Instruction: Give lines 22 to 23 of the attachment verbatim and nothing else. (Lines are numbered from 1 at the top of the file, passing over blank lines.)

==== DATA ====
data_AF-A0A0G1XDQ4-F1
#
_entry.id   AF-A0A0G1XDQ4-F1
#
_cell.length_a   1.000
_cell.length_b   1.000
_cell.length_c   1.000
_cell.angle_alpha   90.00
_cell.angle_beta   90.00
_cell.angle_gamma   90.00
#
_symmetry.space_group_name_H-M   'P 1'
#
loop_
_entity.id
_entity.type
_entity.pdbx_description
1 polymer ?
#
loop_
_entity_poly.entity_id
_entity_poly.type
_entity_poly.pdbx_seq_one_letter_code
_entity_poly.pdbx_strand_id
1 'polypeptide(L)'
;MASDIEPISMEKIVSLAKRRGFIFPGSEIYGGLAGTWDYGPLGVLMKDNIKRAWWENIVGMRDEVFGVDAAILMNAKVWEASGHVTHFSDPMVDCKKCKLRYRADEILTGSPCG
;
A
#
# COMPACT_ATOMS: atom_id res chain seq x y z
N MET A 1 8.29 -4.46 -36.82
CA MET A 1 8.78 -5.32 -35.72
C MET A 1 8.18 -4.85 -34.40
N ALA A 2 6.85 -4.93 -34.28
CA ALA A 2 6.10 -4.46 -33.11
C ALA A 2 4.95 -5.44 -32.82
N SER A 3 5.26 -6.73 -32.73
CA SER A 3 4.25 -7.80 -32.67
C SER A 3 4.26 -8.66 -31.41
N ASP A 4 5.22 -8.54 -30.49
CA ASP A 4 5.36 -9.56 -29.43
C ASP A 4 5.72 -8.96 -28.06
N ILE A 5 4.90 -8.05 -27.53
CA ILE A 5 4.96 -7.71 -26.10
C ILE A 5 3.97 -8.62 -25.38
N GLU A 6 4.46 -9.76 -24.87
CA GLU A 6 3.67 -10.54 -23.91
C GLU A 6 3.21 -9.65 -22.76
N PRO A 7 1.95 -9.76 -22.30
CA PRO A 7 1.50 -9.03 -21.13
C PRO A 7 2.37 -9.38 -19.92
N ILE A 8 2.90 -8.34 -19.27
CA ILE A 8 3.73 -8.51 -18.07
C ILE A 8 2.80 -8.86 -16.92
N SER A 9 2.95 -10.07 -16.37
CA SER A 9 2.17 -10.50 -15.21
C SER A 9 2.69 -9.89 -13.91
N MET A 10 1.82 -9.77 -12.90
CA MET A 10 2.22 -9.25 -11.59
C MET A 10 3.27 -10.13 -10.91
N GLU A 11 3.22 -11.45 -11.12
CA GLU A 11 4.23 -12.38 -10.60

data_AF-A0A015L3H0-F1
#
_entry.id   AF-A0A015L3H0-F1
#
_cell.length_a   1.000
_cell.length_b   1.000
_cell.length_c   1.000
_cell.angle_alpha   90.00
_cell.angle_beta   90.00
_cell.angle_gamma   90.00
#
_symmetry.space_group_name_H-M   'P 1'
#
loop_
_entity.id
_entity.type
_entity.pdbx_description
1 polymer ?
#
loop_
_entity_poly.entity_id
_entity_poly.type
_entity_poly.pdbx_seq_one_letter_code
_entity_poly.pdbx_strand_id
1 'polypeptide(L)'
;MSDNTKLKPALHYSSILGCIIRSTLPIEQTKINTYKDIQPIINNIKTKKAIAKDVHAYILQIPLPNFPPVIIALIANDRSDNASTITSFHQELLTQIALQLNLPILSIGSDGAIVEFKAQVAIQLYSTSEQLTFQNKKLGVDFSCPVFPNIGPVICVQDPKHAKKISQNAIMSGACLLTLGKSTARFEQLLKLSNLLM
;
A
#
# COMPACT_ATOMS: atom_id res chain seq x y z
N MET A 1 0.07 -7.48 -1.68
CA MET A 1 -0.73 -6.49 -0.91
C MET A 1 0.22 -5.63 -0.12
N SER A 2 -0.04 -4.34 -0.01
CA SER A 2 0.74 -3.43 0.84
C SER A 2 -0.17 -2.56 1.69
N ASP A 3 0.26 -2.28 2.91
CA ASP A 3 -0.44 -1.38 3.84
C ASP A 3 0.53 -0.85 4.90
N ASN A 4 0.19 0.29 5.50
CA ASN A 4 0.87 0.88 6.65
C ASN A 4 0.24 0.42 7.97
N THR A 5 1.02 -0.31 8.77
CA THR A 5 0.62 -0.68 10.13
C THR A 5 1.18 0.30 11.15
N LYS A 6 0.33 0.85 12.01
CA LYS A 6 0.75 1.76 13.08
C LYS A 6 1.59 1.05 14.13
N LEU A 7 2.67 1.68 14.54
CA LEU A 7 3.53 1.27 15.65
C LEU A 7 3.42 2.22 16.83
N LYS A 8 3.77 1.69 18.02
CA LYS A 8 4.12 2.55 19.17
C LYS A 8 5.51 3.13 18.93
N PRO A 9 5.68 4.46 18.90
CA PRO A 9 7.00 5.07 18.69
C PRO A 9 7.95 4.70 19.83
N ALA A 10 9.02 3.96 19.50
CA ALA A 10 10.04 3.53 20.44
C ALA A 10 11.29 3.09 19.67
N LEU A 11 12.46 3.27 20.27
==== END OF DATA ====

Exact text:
_entity_poly.type
_entity_poly.pdbx_seq_one_letter_code